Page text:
3. Know you are not alone. I have had many conversations with people who are concerned about unethical practices at work. Most need to vent, but at a deeper level they want to know if they are weird for having concerns. Are they alone? No. Others at work want a work environment where they will not have to compromise their principles of faith for the bottom line. Look for them. They're probably the quiet ones. You are not alone. When you find them, become work friends. Pray together. Study the Bible together. Talk about the issues. Sticking together will help each of you get through difficult days.
  4. Be exemplary. Work hard and with integrity. We are called to work with all of our hearts "as working for the Lord" (Col. 3:23) not for human masters. Do not repay evil with evil or insult with insult, but with blessing (1 Pet. 3:9). Unlike pastors, you have the opportunity to be "salt" and "light" to co-workers daily from within the workplace. The character of your life and quality of your work are part of your witness. If you are lazy and unethical, please keep quiet about being a Christian; you're more damage than good to the cause.
  5. Communicate your principles. Know what crosses the line for you. What are your non-negotiables? I suggest you take a few minutes to write them down. It could be specific like, "I will not participate in gossip here," or more general like, "I will not do anything that takes advantage of a weak, poor, or struggling person." Write them down and then let others know as circumstances arise. One man told his boss, "I will not lie for you, but neither will I lie to you." His integrity didn't make the boss happy at first, but won his respect over time.
  6. Stick to your guns. Unless you are high up, you may not have much control over price gouging, environmental impact, poor employee management, or other issues. You do have control over what you will do when a line gets crossed. Stick to your principles, especially on the little things. It is easy to give into the big things when you've compromised your principles on the little things.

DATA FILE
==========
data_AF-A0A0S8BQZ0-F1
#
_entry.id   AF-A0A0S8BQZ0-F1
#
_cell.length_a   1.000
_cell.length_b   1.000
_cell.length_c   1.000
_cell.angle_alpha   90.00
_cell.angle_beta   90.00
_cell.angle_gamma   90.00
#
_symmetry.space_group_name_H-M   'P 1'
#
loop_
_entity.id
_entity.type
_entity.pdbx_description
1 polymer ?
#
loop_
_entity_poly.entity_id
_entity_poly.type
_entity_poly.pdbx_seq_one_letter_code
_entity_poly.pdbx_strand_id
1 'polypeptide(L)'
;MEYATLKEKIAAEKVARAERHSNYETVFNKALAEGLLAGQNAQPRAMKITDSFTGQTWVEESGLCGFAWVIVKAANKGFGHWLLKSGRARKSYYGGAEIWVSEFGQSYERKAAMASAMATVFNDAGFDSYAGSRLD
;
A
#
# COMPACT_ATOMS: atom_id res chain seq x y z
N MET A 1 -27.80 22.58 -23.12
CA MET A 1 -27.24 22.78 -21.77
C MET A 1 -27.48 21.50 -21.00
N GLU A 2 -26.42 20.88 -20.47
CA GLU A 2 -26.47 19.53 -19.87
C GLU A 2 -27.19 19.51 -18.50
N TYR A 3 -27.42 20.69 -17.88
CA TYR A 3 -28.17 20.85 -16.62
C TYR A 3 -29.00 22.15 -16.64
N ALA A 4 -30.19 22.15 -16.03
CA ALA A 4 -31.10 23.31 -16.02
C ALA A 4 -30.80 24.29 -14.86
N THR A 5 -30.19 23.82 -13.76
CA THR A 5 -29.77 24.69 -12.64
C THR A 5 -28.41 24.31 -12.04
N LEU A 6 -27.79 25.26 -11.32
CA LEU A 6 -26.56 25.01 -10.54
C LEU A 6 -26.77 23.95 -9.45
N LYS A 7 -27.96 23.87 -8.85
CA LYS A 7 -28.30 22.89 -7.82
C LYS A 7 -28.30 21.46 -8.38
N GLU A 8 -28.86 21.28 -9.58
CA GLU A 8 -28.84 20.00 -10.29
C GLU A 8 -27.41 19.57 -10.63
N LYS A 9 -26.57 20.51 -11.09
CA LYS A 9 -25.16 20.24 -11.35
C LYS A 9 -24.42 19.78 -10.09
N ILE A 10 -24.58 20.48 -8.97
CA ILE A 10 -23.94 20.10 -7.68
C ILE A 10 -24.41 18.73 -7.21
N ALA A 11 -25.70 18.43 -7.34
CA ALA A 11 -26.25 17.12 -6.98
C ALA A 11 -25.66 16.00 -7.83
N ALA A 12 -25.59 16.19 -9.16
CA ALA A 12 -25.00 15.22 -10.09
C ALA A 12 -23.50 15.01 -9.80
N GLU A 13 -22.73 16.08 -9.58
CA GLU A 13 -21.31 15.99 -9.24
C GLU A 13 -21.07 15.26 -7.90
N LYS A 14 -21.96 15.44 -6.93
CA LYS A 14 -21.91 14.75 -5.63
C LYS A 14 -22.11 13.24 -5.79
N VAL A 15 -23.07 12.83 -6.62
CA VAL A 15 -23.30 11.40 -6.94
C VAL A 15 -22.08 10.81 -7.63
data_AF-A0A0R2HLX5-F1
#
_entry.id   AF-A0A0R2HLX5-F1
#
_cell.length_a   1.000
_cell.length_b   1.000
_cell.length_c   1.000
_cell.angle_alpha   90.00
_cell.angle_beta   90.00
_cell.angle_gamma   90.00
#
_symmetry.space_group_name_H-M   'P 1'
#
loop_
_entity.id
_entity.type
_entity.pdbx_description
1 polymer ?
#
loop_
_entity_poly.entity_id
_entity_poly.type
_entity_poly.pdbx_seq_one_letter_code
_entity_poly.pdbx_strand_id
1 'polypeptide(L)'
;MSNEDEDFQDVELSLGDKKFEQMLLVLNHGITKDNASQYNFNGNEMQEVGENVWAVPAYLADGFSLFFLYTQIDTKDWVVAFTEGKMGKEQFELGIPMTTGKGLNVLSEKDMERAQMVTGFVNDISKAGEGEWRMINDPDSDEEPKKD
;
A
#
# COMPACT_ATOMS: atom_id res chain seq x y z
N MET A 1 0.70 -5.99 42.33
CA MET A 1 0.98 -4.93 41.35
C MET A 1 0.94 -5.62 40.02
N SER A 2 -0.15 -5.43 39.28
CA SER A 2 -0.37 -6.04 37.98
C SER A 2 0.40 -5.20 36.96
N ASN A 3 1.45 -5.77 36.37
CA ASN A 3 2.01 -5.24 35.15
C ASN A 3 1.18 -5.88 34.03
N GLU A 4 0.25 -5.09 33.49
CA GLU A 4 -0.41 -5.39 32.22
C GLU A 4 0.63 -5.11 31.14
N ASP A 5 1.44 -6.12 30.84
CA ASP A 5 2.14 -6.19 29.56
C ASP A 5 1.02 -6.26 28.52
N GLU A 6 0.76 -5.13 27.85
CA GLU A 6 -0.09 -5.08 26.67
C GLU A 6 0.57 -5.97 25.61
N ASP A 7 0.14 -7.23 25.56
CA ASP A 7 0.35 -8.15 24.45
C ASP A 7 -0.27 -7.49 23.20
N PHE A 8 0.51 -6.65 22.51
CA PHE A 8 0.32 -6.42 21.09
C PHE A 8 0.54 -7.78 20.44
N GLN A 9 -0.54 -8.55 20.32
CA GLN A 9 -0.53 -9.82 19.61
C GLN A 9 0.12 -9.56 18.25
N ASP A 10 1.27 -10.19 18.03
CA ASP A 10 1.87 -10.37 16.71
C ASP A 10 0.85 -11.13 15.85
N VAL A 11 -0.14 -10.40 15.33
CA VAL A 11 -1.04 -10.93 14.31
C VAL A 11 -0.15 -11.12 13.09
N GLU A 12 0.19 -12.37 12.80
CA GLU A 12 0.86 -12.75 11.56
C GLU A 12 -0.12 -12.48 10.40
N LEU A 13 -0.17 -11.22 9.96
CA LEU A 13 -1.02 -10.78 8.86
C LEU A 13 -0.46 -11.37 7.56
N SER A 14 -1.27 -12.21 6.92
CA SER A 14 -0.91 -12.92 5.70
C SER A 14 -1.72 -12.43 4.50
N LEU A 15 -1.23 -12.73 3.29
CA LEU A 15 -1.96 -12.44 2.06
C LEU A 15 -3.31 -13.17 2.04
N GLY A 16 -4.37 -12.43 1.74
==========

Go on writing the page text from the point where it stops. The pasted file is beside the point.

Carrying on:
7. Show respect. Most workplaces are microcosms of diversity. If the United States military can teach us anything, it is to show that people of different cultural backgrounds, races, genders, ages, and faith traditions can work toward a common mission. The whole system is built on mutual respect. You do not have to agree and you do not have to participate in what the other is doing, but you must show respect for the other person's perspective.
  8. Do not judge. A friend of mine refused to be a part of the late night escapades of clients who wanted more than a discount on the products he was selling. He chose to be a designated driver and waited in the car for the several hours the rest were inside living the wild life. He simply said, "It's not my thing." He didn't judge, but neither did he join them. Search your heart. Make sure your attitude toward those who make different choices than you is not an attitude of superiority or condescension. Love them, don't judge them.
  9. Keep your sense of humor. Diverse people coming together in one workplace to accomplish a single corporate mission is a recipe great comedy. Enjoy people. Laugh with them. Laughter is a universal language. Everyone around a person who is a jerk sees it and at some level can find humor in the behavior. Remember the Far Side cartoon with God as a chef making the world and sprinkling in "jerks" onto the earth "just to make it interesting." When life is "interesting," keep your sense of humor.
  10. Remember that grace abounds. Finally, remember that if you fail at keeping your own principles for whatever reason, the grace of God is strong. You won't get this right every time. None of us could make it if we had to be perfect. God's grace is, in the words of a great hymn, amazing.